25 NOVEMBER 2020
Created by activists worldwide, the digital tool builds on Plan International’s landmark research revealing that nearly half (42%) of girls lose self esteem or self confidence, or feel mentally or emotionally stressed after being exposed to online harassment.
Maru, an anti-harassment chatbot designed by young people for young people to address abuse on social media, launched on 25th November in a collaboration between girls’ rights organisation Plan International and technology collective Feminist Internet.
The chatbot is designed to support girls and women who are experiencing, witnessing or tackling online harassment by providing real advice and resources from experts and activists. Maru users engage in a conversation with the chatbot, which has a series of language responses that offer advice on:
- Reporting mechanisms,
- Staying safe online
- Links to resources.
Better protection urgently needed
Anne-Birgitte Albrectsen, CEO of Plan International, said “With the COVID-19 pandemic moving our lives increasingly online, girls are more at risk of online harassment than ever and better protection is urgently needed. We know from our research that online abuse dents girls’ self confidence, but it can go even further than that. Online violence has led to nearly one in five (19%) of those who have been harassed stopping or significantly reducing their use of the platform on which it happened. In this way, girls’ voices are being silenced.”
The chatbot is a continuation of Plan International’s work shining a light on the harassment and abuse girls and young women face on social media. In the organisation’s landmark survey on online abuse, including 14,000 girls from 22 countries, more than half (58%) revealed that they had been harassed or abused online.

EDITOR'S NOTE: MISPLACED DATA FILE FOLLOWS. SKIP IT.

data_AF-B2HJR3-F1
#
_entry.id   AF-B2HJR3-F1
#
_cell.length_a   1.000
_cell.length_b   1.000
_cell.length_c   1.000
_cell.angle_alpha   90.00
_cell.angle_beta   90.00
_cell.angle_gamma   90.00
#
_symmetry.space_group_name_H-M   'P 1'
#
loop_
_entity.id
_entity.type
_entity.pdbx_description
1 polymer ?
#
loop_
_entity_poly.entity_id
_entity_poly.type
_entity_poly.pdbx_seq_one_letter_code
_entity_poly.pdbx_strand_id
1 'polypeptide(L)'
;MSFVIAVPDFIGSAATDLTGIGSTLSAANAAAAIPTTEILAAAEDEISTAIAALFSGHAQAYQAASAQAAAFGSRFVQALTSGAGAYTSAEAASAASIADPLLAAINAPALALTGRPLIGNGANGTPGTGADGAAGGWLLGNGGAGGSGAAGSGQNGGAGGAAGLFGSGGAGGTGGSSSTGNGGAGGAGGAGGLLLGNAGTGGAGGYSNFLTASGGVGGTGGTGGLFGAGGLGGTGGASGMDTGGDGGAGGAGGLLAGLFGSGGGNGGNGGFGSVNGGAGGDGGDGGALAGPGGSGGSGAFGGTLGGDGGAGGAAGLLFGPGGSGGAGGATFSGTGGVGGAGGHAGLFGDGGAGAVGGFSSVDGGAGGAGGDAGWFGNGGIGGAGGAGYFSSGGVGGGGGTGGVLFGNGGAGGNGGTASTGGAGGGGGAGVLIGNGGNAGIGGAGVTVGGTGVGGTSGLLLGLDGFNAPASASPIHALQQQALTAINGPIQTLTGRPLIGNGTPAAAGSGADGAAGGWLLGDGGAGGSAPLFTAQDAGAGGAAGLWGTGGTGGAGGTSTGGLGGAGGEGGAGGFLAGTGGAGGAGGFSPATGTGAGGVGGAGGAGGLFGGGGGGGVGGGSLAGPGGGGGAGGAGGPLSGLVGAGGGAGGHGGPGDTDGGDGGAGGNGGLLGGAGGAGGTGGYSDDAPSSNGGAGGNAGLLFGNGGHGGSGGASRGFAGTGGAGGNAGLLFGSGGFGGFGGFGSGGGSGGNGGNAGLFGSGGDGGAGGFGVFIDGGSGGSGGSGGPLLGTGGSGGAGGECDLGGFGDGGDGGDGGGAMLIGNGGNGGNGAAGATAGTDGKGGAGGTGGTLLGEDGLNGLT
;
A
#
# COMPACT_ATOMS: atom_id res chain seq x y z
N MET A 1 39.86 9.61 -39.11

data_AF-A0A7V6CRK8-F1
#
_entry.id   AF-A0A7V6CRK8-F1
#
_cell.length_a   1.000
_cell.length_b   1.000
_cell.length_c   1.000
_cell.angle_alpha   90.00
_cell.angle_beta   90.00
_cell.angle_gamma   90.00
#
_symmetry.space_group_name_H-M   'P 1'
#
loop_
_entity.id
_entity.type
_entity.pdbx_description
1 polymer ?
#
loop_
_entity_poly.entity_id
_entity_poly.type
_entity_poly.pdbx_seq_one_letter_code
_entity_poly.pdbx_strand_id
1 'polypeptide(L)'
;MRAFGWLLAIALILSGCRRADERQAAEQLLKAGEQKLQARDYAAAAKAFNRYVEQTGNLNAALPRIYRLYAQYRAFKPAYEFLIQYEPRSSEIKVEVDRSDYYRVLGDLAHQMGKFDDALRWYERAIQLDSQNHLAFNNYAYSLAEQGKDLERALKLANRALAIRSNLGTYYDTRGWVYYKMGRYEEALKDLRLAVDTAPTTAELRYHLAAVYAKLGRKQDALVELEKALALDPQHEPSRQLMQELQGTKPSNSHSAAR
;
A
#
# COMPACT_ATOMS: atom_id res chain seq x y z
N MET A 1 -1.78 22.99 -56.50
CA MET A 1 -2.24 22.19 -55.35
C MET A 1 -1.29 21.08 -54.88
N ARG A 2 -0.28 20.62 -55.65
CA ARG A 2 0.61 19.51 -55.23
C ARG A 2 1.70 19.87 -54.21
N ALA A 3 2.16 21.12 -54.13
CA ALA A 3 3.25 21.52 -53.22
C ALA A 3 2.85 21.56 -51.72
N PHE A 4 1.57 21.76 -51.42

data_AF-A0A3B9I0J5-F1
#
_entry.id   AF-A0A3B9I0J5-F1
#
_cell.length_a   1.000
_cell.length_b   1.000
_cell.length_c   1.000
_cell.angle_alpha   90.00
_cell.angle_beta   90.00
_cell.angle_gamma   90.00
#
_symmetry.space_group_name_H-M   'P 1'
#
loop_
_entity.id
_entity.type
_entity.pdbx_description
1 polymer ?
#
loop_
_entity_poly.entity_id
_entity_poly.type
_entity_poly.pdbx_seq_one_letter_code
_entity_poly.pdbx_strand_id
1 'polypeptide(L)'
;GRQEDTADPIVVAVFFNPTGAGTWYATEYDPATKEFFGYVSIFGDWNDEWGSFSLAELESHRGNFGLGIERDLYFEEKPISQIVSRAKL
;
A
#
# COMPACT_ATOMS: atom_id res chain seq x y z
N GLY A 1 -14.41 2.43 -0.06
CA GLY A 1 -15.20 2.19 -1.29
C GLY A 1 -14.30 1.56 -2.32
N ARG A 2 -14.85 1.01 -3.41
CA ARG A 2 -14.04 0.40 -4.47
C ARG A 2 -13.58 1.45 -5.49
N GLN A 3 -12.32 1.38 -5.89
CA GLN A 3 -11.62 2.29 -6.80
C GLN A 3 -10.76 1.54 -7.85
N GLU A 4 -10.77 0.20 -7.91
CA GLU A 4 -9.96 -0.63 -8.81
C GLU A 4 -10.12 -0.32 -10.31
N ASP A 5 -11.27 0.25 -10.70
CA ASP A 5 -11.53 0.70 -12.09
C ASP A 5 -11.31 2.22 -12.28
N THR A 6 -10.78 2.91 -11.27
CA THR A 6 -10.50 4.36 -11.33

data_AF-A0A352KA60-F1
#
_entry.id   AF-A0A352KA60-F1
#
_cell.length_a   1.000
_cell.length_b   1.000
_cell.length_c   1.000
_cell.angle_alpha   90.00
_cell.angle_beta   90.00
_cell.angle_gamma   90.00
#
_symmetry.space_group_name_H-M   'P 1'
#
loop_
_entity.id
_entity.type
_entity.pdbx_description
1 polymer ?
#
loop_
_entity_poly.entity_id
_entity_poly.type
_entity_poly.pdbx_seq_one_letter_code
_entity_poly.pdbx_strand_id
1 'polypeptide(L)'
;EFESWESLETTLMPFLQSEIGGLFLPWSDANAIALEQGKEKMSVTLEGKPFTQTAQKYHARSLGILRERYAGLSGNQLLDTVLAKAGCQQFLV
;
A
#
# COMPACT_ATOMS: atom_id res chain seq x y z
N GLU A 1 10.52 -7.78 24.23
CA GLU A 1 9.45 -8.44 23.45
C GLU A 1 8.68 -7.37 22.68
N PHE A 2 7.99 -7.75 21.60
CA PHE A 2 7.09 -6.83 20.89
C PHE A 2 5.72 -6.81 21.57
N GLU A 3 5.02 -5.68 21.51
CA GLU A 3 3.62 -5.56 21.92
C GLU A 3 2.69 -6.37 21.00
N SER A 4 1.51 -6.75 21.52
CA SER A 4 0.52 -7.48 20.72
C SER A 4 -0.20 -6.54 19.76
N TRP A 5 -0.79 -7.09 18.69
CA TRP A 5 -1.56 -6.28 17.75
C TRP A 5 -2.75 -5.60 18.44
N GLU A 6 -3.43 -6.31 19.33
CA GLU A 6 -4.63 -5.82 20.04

Plan International collaborated with Feminist Internet on a series of multilingual workshops with young activists around the world to design a creative tool to address the issue of online harassment. This process brought together young activists from Benin, Ghana, Cameroon, Nepal, South Africa and Germany who are passionate about promoting internet freedom and safety.
Vital support for girls facing online harassment
Sarah Carson, Plan International’s Head of Campaigns, said “Shutting girls out of online spaces is disempowering, limiting girls’ potential to thrive and become leaders. We created Maru at the height of this pandemic, to help provide vital support to girls facing and witnessing online harassment.”
Maru means ‘cloud space’ in Sesotho, a name chosen by one of the activists.
Sessi, one of the youth co-creators from Benin, said “We showed people the problems we face online and in our lives, then we offered a solution: Maru. We all have different backgrounds and contexts, but think Maru will be appreciated across all contexts for its fluid and functional experiences.”
Feminist design principles
Charlotte Webb, Feminist Internet Co-founder, said “The youth activists who co-designed Maru were an inspiration and it was incredible to work with them on such a creative response to the increasing problem of online harassment.”
“They provided us with a concept and direction that reflected their real concerns about harassment and steered the conversation design so that Maru would speak to a global community. It is so exciting to see technology development being guided by feminist design principles to help make the internet a safer place for everyone.”
When creating the chatbot, Feminist Internet encouraged the youth activists to make sure:
- Language used was empathetic and inclusive
- Maru represents global perspectives
- Barriers people may face in accessing Maru have been addressed
- Maru’s appearance doesn’t reinforce stereotypes.
Another of the co-creators, Arouna from Cameroon, said “Girls and women need to feel safe when they are on social networks. Gender-based violence against them on digital platforms must be condemned.”
The Swedish brand Monki, a long term corporate partner of Plan International, will be supporting the launch of Maru, through hosting an Insta Live with a young activist involved in its creation on the 3rd December, 1pm CET via @planinternational.